Rub this thickly over the skin before going to bed.
"The Ladies Book of Useful Information" by Anonymous
He rubbed his eyes then; he rubbed them now.
"The Hero of Garside School" by J. Harwood Panting
He rubbed his hands together.
"Fairy Prince and Other Stories" by Eleanor Hallowell Abbott
After he was gone, Uncle Remus sat a long time rubbing his hands and looking serious.
"Nights With Uncle Remus" by Joel Chandler Harris
Just then the stranger began rubbing his hands with ill-concealed satisfaction.
"The Submarine Hunters" by Percy F. Westerman
The edge is then lightly rubbed with a piece of leather that has been previously rubbed on beeswax, and is ready for burnishing.
"Bookbinding, and the Care of Books" by Douglas Cockerell
Rings in removing stains may be avoided by rubbing until very nearly dry.
"Manual of Military Training" by James A. Moss

In poetry:

Furthermore, rub out
That MRS., too--
I'll have you know
I'm Madam to you!
"Madam and the Census Man" by Langston Hughes
Look, don't kill that fly!
It is making a prayer to you
By rubbing its hands and feet.
"Don't Kill That Fly!" by Kobayashi Issa
"I obey you," it said, "and whatever
You ask for, or wish, you shall have!
Rub the lamp but the least bit soever,
It calls me, for I am its slave!"
Aladdin said, "Open this cave!"
"Aladdin" by Clara Doty Bates
Aladdin saw darkness fall o'er him;
He clutched at the lamp in his hand,
And, happening to rub it, before him
A Genius stood, stately and grand.
Whence he came he could not understand.
"Aladdin" by Clara Doty Bates
Then came the time that I didn't look up to the sky,
Even though the heavens were full of clouds,
I didn't reach to the flight of the strange thing
That with my shadow rubbed along side my life.
"The Clouds" by Martinus Nijhoff
Where are you going with eyes so dull,
You whose eyes were beautiful,
You whose hair with the light was gay,
And now is thin and harsh and gray?
Is it age alone or age and tears
That has slowly rubbed your beauty away?
"Recovery" by John Freeman

In news:

When you feed it and rub its stomach, it passes gas.
I've used shrimp and peaches with a spice rub to tie together the savory and sweet flavors.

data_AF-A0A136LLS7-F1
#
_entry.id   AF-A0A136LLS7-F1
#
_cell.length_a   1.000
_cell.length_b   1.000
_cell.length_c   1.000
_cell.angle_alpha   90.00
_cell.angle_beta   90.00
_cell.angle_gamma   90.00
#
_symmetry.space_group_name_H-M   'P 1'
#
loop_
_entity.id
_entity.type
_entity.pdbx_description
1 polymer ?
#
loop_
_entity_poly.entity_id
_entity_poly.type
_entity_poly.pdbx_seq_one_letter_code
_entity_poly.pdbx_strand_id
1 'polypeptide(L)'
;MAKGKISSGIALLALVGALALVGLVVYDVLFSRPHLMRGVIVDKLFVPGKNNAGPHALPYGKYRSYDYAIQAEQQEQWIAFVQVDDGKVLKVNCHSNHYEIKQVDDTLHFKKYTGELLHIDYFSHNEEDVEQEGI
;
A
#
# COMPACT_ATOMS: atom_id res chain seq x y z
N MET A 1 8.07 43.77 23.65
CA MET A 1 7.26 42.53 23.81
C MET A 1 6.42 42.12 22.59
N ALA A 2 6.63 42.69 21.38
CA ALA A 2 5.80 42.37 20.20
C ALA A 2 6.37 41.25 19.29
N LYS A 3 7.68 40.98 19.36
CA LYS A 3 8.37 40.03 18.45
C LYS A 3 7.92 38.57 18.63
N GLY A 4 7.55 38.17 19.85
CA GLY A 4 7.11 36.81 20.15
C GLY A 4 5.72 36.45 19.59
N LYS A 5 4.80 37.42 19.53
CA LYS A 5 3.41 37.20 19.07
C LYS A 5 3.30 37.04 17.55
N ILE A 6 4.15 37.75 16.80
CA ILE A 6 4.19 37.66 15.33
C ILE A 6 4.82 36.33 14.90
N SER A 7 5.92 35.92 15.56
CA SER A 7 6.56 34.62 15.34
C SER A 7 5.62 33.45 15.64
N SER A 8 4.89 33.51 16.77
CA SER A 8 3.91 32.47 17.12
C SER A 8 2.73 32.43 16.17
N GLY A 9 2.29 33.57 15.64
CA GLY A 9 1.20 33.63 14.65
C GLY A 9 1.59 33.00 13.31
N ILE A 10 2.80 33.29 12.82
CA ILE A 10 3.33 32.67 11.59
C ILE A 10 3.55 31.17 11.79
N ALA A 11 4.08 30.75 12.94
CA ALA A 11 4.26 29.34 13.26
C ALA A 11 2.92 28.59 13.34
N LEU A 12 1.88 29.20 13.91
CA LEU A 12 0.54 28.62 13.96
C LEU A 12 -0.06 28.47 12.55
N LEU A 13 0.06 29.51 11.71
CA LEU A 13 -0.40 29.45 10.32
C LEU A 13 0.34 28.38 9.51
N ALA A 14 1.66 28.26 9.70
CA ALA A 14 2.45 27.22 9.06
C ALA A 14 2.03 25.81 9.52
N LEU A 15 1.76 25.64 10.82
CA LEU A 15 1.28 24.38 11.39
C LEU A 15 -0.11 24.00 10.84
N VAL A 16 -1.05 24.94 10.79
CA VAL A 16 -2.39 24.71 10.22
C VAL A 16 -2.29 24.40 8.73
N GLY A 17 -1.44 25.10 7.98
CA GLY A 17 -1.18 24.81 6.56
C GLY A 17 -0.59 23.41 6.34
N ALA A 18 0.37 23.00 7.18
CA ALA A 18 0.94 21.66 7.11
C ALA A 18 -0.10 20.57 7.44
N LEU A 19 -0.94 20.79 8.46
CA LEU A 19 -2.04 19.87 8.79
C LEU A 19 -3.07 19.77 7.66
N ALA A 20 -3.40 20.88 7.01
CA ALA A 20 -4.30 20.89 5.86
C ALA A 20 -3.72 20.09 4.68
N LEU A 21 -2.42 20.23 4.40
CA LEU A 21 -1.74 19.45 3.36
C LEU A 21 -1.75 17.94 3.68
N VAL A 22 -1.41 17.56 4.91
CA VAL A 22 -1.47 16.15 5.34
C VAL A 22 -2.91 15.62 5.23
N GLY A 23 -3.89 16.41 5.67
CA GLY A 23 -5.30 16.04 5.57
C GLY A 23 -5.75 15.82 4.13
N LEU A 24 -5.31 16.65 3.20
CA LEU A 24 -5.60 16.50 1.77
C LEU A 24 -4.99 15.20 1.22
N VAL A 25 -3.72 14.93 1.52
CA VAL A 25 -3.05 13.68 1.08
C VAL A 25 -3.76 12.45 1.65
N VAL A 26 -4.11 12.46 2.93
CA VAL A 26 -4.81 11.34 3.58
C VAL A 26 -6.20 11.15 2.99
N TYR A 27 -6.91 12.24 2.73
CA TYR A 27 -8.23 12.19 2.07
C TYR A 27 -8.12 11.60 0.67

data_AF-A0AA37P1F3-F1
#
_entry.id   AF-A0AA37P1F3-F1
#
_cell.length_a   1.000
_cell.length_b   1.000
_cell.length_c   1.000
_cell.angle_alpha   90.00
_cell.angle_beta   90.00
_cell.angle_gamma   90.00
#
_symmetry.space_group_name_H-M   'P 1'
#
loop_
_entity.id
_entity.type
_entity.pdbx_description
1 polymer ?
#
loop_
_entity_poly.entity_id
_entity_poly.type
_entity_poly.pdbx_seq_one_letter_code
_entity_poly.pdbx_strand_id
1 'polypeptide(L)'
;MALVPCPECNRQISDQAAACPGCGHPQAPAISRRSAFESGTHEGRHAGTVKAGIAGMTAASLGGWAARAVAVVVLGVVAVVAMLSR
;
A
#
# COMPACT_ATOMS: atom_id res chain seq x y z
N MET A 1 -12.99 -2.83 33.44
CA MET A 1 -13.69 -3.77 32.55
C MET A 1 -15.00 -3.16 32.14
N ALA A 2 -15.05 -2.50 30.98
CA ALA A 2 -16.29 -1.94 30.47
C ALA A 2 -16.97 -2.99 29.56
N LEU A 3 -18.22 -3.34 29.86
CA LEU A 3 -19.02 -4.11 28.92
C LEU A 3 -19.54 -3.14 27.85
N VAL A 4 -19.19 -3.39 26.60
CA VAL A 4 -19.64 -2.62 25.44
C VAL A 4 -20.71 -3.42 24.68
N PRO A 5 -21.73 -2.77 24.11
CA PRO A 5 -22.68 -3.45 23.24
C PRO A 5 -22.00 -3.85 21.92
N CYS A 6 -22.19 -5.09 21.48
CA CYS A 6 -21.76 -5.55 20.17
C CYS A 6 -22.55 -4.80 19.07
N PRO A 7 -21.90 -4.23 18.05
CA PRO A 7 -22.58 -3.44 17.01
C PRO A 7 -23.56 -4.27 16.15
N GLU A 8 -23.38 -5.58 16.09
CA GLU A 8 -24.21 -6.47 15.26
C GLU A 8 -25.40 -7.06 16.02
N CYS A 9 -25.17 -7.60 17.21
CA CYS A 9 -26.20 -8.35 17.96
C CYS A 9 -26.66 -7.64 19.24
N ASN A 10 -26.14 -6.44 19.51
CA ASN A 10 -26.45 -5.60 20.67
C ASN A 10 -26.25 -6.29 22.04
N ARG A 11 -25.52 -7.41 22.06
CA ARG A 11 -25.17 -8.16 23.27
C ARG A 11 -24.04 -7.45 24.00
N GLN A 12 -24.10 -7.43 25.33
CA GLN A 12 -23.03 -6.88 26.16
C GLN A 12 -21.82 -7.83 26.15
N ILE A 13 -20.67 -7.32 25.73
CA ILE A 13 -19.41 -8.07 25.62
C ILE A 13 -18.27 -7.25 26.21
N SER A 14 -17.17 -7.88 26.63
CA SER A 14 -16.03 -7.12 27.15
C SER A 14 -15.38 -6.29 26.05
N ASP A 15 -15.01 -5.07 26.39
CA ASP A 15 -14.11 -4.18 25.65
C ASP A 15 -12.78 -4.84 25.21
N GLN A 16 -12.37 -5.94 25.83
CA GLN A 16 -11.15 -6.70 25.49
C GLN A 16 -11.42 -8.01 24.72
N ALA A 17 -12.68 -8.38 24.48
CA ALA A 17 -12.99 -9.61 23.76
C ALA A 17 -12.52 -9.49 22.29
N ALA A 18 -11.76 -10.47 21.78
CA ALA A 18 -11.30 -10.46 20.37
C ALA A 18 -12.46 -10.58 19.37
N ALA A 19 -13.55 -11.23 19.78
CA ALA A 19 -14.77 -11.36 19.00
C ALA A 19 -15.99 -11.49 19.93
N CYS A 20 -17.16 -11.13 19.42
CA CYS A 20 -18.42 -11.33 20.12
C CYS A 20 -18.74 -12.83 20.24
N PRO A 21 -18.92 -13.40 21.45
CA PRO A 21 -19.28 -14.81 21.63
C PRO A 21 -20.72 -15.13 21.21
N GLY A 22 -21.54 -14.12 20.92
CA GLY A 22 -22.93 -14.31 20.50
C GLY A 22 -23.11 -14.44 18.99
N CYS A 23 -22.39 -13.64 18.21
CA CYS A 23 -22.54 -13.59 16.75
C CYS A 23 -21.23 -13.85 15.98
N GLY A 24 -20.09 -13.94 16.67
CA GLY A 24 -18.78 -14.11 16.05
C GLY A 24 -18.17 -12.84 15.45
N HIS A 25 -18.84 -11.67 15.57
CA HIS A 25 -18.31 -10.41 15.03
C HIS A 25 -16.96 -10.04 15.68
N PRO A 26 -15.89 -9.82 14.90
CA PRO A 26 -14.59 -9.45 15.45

1/4 cup plus 1 tablespoon Lemongrass Wet Rub.
Grilled Pork Loin With Wine-Salt Rub.
Lotions are designed to be applied without heavy rubbing.
WANT to rub shoulders with a high-powered fashion editor.
Shortly after his death, his name was almost completely rubbed out of history.
David Beckham's rub down put on.
Northeaster Rubs Salt in the Wounds From a Hurricane.
Northeaster Rubs Salt in the Wounds From a Hurricane.
In Berkeley Springs, a Spa Scene Rubs Both Ways.
Of your favorite commercial rub.
Bobby Flay's spice-rubbed chicken, penne pasta, more.
For years, Abdullah al-Omar rubbed shoulders with some of the most powerful people in Syria.
Or the cocoa grilling rub.

In science:

Two brushes fixed with respect to the laboratory rub the inner and outer cylindrical surfaces of radius, say ρ1 and ρ2 , and the electric potential difference between them △V is measured.
Eppur, si muove !
Low-lying zeros were considered by Iwaniec, Luo, and Sarnak [ILS], Rubinstein [Rub], ¨Ozl¨uk and Snyder [OS2], and others.
Modeling families of L-functions
Proposing a minimal random elastic model, we demonstrate that for a thick cell the smectic state without a rubbed substrate is always unstable at long scales, and for weak random pinning is replaced by a smectic glass state.
Smectic order, pinning, and phase transition in a smectic liquid crystal cell with a random substrate
For the remainder of the paper we will focus on this more interesting non-rubbed substrate limit.
Smectic order, pinning, and phase transition in a smectic liquid crystal cell with a random substrate
Under such conditions, a convenient geometry to probe the substrate-driven smectic distortion is that of crossed polarizer-analyzer pair, with the polarizer aligned with a well rubbed back substrate.
Smectic order, pinning, and phase transition in a smectic liquid crystal cell with a random substrate